Of course, I assume that school superintendents, while full time, are chiefly the instrument of the school board at implementing policy. I could be wrong, but I assume that the average superintendent is chosen to be good at implementing policy chosen by the board, but in this case, perhaps the Seattle board wishes to be impressed by a candidate who has a vision that they can agree they would like to implement.

    In any case, I have questions in 3 areas in the event that any school sup candidates or any school sup finalists have a position on them or wish to comment on them.

    I have no strong stake in the selection of the seattle sup, but it is nice to root for any persons who are wise, if any. And, given that the shootings have come up as a topic of conversation in some schools in the last few years, I have done some research on some topics, and I have questions in 3 areas.

    In any case, in the event that you folks at komonews have any further conversations with candidates, I have questions in the following 3 areas:

    1) A recent Seattle times news article informs us that a death and shooting threat was recently made at Garfield high school and the threat was reported by a student to a teacher. According to the Seattle times article, this first teacher laughed off the threat and did nothing and no action was taken to investigate or apprehend the person making the threats, until a subsequent occasion on which the same evil-doer had made another threat, and this 2nd threat was then reported to another teacher, who apparently decided that students making death threats should be reported to police or others for investigation and apprehension if in fact making death threats.

    What action or what policy, if any, does the sup finalist propose to ensure that teachers at Garfield or other local schools do in fact report to law enforcement death and shooting threats, given the reporting found in the recent Seattle times article?

    Or, is the failure to report death threats when reported by students to teachers fairly normal?

    2) Given that, statistically speaking, some students bring firearms and/or bombs and/or explosives to schools, what views, if any, does the sup finalist have on the topic of the use of security dogs as a protective and deterrent measure?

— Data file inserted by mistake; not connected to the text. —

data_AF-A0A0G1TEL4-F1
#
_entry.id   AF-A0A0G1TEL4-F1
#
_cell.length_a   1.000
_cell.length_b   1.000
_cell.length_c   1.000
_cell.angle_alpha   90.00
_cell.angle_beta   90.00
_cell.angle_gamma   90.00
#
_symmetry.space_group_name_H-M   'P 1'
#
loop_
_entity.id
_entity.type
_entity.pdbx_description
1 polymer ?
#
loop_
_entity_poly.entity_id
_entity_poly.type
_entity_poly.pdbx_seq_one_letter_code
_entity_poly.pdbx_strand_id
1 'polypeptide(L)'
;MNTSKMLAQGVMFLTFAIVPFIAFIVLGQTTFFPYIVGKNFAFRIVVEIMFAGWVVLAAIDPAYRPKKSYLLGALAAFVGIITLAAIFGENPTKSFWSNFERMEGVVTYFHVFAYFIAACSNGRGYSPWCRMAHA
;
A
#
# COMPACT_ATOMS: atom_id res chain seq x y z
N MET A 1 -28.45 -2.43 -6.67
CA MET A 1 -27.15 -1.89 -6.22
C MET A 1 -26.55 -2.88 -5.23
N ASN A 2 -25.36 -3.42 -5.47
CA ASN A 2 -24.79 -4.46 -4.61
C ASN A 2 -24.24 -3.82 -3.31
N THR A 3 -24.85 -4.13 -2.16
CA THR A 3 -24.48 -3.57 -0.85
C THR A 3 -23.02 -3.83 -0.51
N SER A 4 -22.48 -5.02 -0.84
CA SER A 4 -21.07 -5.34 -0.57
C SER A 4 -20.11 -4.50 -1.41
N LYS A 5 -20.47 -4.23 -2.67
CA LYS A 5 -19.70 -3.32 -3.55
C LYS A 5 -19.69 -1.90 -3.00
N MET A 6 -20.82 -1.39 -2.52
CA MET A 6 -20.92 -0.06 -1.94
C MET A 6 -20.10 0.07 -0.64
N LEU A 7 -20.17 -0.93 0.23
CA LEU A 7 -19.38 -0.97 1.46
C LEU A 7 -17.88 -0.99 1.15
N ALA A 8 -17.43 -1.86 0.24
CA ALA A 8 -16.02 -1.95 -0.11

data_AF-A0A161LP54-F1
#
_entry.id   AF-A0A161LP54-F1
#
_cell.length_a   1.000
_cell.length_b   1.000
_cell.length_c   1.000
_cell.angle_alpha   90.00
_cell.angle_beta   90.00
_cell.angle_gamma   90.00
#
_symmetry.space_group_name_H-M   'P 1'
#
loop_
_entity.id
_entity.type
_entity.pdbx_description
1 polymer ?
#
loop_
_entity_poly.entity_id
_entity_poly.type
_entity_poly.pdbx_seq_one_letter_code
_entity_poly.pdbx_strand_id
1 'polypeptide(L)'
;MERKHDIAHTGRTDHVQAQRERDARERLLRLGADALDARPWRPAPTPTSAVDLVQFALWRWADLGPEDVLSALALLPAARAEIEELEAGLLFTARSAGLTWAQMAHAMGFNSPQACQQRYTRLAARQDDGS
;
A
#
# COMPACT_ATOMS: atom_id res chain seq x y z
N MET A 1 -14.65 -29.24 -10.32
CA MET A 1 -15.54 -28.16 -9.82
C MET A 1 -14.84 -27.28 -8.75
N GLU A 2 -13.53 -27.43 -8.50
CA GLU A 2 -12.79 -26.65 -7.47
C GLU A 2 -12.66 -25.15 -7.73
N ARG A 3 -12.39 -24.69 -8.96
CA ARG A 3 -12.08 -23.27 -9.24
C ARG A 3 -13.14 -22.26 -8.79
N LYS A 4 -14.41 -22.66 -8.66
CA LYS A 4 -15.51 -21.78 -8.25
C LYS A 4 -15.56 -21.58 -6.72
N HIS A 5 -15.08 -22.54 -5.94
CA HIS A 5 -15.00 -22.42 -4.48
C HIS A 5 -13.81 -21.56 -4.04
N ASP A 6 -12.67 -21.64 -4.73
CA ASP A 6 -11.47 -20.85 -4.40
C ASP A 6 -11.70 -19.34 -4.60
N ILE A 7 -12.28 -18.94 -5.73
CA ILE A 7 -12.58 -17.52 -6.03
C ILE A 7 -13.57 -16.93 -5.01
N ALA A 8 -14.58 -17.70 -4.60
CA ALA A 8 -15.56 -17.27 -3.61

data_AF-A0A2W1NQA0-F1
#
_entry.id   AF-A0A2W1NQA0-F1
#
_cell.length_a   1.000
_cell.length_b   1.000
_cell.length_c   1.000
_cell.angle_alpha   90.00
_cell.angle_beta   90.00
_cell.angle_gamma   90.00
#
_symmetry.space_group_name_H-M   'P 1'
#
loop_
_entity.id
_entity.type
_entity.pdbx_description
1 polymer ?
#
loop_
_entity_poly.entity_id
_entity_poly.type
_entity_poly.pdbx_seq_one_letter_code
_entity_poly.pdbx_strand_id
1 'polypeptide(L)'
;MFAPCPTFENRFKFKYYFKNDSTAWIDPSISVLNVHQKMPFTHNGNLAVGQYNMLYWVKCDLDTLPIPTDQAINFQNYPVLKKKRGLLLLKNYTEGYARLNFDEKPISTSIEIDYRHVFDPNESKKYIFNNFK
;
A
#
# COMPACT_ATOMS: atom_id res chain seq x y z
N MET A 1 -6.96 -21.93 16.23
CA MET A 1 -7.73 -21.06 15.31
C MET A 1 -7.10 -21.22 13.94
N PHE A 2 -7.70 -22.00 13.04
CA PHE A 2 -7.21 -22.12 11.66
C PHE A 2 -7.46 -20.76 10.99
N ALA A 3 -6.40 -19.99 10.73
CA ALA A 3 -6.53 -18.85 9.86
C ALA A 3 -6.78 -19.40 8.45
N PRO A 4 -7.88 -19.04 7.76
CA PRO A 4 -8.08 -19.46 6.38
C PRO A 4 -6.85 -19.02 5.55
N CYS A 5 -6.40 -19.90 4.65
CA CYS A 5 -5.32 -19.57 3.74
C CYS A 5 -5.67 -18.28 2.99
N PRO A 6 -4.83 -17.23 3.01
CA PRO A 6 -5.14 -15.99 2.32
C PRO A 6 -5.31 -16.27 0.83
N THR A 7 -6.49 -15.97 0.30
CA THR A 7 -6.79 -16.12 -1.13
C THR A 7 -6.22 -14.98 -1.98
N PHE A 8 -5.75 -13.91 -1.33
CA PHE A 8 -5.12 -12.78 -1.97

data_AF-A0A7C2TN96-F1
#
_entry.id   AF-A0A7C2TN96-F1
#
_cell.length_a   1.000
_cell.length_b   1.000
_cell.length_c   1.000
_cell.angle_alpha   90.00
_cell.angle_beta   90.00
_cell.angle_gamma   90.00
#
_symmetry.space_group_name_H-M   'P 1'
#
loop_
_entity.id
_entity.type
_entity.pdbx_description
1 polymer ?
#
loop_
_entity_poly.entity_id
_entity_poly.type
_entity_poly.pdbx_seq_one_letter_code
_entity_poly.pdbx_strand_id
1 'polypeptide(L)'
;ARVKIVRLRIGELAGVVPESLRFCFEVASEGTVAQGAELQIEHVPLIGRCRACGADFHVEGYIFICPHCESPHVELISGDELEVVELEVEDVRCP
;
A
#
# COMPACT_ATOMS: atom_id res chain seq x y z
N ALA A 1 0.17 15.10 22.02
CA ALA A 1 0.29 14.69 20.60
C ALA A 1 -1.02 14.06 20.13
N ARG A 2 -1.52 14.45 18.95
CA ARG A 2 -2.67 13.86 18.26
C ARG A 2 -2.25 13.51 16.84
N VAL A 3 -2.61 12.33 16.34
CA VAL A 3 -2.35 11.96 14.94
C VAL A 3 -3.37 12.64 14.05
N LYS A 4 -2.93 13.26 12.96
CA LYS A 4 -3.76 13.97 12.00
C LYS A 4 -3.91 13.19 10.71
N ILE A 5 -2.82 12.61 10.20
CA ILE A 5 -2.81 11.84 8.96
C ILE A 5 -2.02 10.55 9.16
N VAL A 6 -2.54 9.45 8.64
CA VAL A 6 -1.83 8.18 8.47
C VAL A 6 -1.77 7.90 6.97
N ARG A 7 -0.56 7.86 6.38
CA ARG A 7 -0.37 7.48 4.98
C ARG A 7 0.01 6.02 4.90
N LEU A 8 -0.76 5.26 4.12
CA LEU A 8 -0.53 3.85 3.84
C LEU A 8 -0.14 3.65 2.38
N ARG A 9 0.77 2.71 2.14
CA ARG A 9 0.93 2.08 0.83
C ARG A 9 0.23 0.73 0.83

3) Given that some fraction of the female student body in any given high school seems to be subject to the risk of rape and that rapes were in fact reported at Mountlake Terrace high school in the last 2 years and some sort of unspecified assault was reported in the last 2 weeks as having taken place upon a female student of Mount Si high school, when she was within walking distance of the school, what views if any, does the sup finalist have or propose on the topic of rape awareness and prevention programs such as EAAA (or classes substantially similar to it), one of the few programs statistically proven over time to substantially reduce the rate of rape and attempted rape of those who take it?

    4) Are there any of the school superintendent candidates, even if not finalists, who have any views on these topics? Are there any of the school board members who have views on these topics?

    5) Also, you have an article about a school sup candidate, but your article lacks a reasonable means for a person such as myself to make these inquiries of any sup candidates. Since you who are komonews have an article about 1 school board candidate, why not also have a listing of all the candidates, together with a summary of major areas of proposed policy and means of contact?

    By the way, since I assume that the board itself creates policy, if any, and that the sup merely and chiefly implements the policy created by the fed gov, state gov and the board, my other question would be, if and when there are any candidates for Seattle school board, do any of those candidates have different positions on the 3 main topics I have listed above?

    It would seem that, given the most recent report in the Seattle Times of the teacher who failed to report a meaningful death threat made against a student, and who instead laughed off the death and shooting threat, that response to death and shooting threats should be a topic of consideration, either for school board candidates or for implementors of policy such as superintendents.

    Are you who are komonews proposing to tell me by omission that none of the Seattle school board and none of the candidates for superintendent have proposed or discussed measures to reduce the failure to report death and shooting threats?